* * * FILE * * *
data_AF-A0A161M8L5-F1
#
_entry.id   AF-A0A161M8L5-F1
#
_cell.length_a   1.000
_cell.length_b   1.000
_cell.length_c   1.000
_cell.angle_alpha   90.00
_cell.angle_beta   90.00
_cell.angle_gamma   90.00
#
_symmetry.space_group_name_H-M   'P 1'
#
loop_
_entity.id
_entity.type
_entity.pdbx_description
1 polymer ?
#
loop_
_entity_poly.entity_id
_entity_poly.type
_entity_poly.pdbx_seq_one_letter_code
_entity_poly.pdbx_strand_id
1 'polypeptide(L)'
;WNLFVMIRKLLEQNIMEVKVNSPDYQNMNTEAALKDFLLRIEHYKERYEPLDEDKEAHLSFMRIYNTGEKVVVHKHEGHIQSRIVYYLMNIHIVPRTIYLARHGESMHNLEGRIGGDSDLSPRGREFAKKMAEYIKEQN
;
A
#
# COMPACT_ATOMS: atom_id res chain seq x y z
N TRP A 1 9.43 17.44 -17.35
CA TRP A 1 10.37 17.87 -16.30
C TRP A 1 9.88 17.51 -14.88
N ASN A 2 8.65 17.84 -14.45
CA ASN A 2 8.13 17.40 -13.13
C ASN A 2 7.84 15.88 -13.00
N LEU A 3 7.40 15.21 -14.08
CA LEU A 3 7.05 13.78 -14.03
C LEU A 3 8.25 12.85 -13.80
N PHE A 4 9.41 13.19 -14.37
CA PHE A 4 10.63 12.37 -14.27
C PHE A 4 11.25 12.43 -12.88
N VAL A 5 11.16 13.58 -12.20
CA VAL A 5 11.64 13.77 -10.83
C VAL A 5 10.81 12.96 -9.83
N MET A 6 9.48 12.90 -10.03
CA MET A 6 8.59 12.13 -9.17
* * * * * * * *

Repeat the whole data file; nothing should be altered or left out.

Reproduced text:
data_AF-A0A161M8L5-F1
#
_entry.id   AF-A0A161M8L5-F1
#
_cell.length_a   1.000
_cell.length_b   1.000
_cell.length_c   1.000
_cell.angle_alpha   90.00
_cell.angle_beta   90.00
_cell.angle_gamma   90.00
#
_symmetry.space_group_name_H-M   'P 1'
#
loop_
_entity.id
_entity.type
_entity.pdbx_description
1 polymer ?
#
loop_
_entity_poly.entity_id
_entity_poly.type
_entity_poly.pdbx_seq_one_letter_code
_entity_poly.pdbx_strand_id
1 'polypeptide(L)'
;WNLFVMIRKLLEQNIMEVKVNSPDYQNMNTEAALKDFLLRIEHYKERYEPLDEDKEAHLSFMRIYNTGEKVVVHKHEGHIQSRIVYYLMNIHIVPRTIYLARHGESMHNLEGRIGGDSDLSPRGREFAKKMAEYIKEQN
;
A
#
# COMPACT_ATOMS: atom_id res chain seq x y z
N TRP A 1 9.43 17.44 -17.35
CA TRP A 1 10.37 17.87 -16.30
C TRP A 1 9.88 17.51 -14.88
N ASN A 2 8.65 17.84 -14.45
CA ASN A 2 8.13 17.40 -13.13
C ASN A 2 7.84 15.88 -13.00
N LEU A 3 7.40 15.21 -14.08
CA LEU A 3 7.05 13.78 -14.03
C LEU A 3 8.25 12.85 -13.80
N PHE A 4 9.41 13.19 -14.37
CA PHE A 4 10.63 12.37 -14.27
C PHE A 4 11.25 12.43 -12.88
N VAL A 5 11.16 13.58 -12.20
CA VAL A 5 11.64 13.77 -10.83
C VAL A 5 10.81 12.96 -9.83
N MET A 6 9.48 12.90 -10.03
CA MET A 6 8.59 12.13 -9.17